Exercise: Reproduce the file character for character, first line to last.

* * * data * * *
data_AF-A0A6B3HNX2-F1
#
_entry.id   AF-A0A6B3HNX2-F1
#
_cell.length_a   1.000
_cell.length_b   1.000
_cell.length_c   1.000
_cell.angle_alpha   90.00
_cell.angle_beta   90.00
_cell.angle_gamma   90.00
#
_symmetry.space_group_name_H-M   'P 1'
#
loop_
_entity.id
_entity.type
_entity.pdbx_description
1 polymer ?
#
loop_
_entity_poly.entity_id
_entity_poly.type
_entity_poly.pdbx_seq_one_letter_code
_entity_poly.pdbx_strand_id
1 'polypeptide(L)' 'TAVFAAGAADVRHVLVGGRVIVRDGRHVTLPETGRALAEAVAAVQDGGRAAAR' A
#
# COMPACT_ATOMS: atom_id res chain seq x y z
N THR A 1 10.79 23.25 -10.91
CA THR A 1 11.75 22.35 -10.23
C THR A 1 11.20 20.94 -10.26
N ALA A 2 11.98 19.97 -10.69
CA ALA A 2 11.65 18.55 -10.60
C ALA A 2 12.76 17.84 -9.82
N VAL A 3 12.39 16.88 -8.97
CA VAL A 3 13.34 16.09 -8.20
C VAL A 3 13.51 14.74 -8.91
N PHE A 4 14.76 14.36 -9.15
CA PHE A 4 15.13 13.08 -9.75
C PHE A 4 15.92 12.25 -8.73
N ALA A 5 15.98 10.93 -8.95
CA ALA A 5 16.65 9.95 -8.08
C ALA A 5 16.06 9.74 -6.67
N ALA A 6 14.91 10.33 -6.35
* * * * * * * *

data_AF-A0A6B3HNX2-F1
#
_entry.id   AF-A0A6B3HNX2-F1
#
_cell.length_a   1.000
_cell.length_b   1.000
_cell.length_c   1.000
_cell.angle_alpha   90.00
_cell.angle_beta   90.00
_cell.angle_gamma   90.00
#
_symmetry.space_group_name_H-M   'P 1'
#
loop_
_entity.id
_entity.type
_entity.pdbx_description
1 polymer ?
#
loop_
_entity_poly.entity_id
_entity_poly.type
_entity_poly.pdbx_seq_one_letter_code
_entity_poly.pdbx_strand_id
1 'polypeptide(L)' 'TAVFAAGAADVRHVLVGGRVIVRDGRHVTLPETGRALAEAVAAVQDGGRAAAR' A
#
# COMPACT_ATOMS: atom_id res chain seq x y z
N THR A 1 10.79 23.25 -10.91
CA THR A 1 11.75 22.35 -10.23
C THR A 1 11.20 20.94 -10.26
N ALA A 2 11.98 19.97 -10.69
CA ALA A 2 11.65 18.55 -10.60
C ALA A 2 12.76 17.84 -9.82
N VAL A 3 12.39 16.88 -8.97
CA VAL A 3 13.34 16.09 -8.20
C VAL A 3 13.51 14.74 -8.91
N PHE A 4 14.76 14.36 -9.15
CA PHE A 4 15.13 13.08 -9.75
C PHE A 4 15.92 12.25 -8.73
N ALA A 5 15.98 10.93 -8.95
CA ALA A 5 16.65 9.95 -8.08
C ALA A 5 16.06 9.74 -6.67
N ALA A 6 14.91 10.33 -6.35